By Elizabeth Marion

What's the big ideaMy first day at Computer Explorers began coincidentally on the first day of the ISTE Conference. Several thousand educators converged in the city of San Diego, including myself. ISTE 2012 was a wonderful way to set sail in a new position and included days of learning, networking, and fun.  During the conference, I was provided with the opportunity to connect with peers, learn the latest trends in educational technology, and hear from some key educational leaders throughout the world.

 

A few weeks later, I attended another event, TED, in Sugarland, TX where we met to experience the power of ideas.  Here are a few ideas gleaned from the two events:

 

Critical Thinking

 

One of the most inspiring presenters at TED was Javier Fernandex Han, a high school inventor. Javier started inventing at age seven and has been doing robotics for ten years. The astute teenager stressed the importance of using critical examination and different viewpoints when making decisions.

 

When students are given opportunities to gather, analyze, and synthesize information from resources other than the teacher, new knowledge is constructed and passions are developed.

 

Passion

 

Sir Ken Robinson led a panel discussion at ISTE. He suggested the need for individuated instruction to create learning environments that foster the creativity and passion in students.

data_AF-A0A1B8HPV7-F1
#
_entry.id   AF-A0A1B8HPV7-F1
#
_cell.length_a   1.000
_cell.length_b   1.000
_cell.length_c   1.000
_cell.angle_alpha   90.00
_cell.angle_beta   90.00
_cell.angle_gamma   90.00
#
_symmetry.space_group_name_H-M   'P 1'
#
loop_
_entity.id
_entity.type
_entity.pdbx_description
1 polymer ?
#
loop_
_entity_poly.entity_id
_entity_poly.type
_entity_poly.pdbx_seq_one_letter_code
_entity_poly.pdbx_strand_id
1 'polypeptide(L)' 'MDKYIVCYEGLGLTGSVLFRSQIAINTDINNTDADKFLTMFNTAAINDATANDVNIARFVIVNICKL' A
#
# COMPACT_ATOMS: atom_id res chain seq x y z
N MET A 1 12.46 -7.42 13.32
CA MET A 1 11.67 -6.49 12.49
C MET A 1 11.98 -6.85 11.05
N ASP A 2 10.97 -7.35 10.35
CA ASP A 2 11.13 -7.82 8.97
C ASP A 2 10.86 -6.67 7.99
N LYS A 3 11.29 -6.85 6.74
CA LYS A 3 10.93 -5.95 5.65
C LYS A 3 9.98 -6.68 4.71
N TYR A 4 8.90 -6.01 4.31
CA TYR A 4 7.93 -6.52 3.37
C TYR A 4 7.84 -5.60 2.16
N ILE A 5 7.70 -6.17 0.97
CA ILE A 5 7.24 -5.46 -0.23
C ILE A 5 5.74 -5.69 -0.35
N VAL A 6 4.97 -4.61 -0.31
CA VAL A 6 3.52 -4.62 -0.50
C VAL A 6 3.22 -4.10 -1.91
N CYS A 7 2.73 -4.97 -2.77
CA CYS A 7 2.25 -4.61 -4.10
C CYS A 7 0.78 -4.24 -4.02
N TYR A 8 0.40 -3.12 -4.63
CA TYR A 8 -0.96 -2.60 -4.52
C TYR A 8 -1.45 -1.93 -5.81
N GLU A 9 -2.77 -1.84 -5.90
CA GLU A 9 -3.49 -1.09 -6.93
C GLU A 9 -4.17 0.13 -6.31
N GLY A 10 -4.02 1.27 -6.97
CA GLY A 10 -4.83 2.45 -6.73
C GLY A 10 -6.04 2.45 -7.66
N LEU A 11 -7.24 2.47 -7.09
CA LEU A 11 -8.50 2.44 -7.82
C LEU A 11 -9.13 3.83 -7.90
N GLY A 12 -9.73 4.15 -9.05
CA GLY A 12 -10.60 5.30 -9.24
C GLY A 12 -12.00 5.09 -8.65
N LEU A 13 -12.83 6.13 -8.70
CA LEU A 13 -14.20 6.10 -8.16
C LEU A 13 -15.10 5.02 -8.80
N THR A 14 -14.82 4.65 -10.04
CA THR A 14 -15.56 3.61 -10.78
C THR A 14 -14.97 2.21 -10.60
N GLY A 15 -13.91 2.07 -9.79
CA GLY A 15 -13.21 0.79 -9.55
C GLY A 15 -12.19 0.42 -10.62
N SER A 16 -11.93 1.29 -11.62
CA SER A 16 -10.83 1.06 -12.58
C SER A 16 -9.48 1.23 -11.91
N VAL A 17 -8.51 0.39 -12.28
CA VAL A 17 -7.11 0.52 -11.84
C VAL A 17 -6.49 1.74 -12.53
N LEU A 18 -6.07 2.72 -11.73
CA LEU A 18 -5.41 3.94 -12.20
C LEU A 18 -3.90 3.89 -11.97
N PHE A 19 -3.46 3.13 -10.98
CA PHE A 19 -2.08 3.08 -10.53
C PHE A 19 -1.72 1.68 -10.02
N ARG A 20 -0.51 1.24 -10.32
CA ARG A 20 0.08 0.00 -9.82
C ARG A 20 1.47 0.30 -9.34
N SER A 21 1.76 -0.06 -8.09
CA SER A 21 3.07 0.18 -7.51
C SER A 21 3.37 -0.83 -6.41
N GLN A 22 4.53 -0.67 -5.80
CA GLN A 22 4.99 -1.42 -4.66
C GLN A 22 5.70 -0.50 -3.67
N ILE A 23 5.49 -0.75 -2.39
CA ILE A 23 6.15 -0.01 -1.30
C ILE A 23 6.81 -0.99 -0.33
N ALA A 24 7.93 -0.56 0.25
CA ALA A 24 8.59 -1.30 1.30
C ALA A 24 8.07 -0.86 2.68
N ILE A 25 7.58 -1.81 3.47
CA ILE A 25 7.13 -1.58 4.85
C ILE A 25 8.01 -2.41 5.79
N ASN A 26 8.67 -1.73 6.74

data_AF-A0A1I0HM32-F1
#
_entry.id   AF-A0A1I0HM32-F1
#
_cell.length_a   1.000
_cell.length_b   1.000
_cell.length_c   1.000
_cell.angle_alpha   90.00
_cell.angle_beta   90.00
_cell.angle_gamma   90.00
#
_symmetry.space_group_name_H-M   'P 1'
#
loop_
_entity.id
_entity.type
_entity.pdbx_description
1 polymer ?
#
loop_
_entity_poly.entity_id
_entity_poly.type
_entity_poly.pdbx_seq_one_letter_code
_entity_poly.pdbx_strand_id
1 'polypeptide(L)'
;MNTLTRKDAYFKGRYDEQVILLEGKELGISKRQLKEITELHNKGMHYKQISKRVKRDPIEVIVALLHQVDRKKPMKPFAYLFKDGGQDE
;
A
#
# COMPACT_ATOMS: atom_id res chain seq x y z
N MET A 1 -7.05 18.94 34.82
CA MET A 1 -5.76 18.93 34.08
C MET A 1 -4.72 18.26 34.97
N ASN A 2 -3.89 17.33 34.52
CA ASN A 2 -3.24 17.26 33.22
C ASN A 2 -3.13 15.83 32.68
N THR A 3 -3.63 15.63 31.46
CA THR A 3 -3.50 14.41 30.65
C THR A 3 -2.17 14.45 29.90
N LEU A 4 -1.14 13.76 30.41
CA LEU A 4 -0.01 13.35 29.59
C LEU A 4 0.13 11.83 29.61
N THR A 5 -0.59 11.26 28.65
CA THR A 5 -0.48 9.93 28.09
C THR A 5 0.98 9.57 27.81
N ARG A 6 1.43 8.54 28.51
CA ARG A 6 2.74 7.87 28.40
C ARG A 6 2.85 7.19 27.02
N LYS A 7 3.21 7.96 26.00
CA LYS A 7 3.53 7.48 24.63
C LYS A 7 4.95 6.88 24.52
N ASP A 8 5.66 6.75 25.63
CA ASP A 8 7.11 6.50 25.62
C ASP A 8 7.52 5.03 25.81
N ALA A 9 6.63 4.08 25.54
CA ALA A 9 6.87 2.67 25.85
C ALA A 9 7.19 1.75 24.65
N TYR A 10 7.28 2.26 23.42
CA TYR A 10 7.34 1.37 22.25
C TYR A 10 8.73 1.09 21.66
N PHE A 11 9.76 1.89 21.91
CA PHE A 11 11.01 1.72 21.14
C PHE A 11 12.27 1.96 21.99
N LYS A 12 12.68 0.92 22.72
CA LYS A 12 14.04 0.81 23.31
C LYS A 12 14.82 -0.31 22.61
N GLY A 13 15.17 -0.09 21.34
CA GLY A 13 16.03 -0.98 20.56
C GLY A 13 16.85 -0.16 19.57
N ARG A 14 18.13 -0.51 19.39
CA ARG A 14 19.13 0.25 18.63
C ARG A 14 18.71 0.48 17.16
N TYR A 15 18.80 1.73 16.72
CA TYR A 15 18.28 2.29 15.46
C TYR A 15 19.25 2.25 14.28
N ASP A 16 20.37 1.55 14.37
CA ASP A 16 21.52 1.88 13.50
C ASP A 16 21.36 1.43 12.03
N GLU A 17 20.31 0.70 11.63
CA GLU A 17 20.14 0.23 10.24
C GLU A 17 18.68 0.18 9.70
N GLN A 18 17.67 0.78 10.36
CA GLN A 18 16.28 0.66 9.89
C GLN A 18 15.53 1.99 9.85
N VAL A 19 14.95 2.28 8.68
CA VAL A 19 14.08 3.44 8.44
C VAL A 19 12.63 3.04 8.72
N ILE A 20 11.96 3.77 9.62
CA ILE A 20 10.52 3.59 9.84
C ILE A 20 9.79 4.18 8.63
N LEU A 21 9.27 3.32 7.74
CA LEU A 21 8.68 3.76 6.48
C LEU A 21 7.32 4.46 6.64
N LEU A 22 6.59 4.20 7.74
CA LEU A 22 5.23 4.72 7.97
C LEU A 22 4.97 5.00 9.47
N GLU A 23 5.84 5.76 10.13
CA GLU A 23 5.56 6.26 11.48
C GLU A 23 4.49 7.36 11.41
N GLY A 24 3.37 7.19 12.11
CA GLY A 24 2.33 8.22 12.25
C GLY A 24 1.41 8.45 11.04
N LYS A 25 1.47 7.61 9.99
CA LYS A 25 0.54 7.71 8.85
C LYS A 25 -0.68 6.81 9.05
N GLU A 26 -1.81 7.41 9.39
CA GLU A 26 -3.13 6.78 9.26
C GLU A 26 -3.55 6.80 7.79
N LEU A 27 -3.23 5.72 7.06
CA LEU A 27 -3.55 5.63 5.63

Another highlight at ISTE was keynote, Yong Zhao, author, presidential chair and associate dean for global education at the University of Oregon. Dr. Zhao emphasized the need for creativity and entrepreneurship in the new global economy. He believes the key to cultivating talent in the classroom does not rely on standardized test scores but rather on the development of technology skills and entrepreneurial talents.

 

“Technology” is Here to Stay

 

At the  both the ISTE and TED Conference, there were several references to how technology has transformed the way we communicate, especially through the use of social media, such as Twitter and Facebook.

 

Classroom use of iPads, Android tablets, and cell phones are ideal for creating a personalized experience to engage learners and increase the likelihood of individualized instruction with technology.

 

Marc Prensky coined the term “digital native” and spoke at the ISTE Conference. Marc is an advocate of student-centered learning and believes technology has the potential to provide greater opportunities for communication, a stronger sense of motivation and a broader perspective about the world to students.

 

Technology has many definitions. Someone once noted, it’s not technology if it was around when you were born. We can agree on the fact that we are in a new age, where technology is ubiquitous.

 

 

So, What’s the BIG Idea?

 

There is a big emphasis on individualized instruction, creativity and finding students’ passion. Effective use for technology is paramount to cultivating the motivation and passion of students. The ability to harness that passion will be determined and driven by educators, industrial leaders and businesses and the adults who lead those businesses. Today, I read about  a seventeen year-old student from New Jersey who invented a cellphone device that tests hearts. Her invention provides a cost-effective method to tests heart rhythms of people in underdeveloped countries.  That’s a big deal!!

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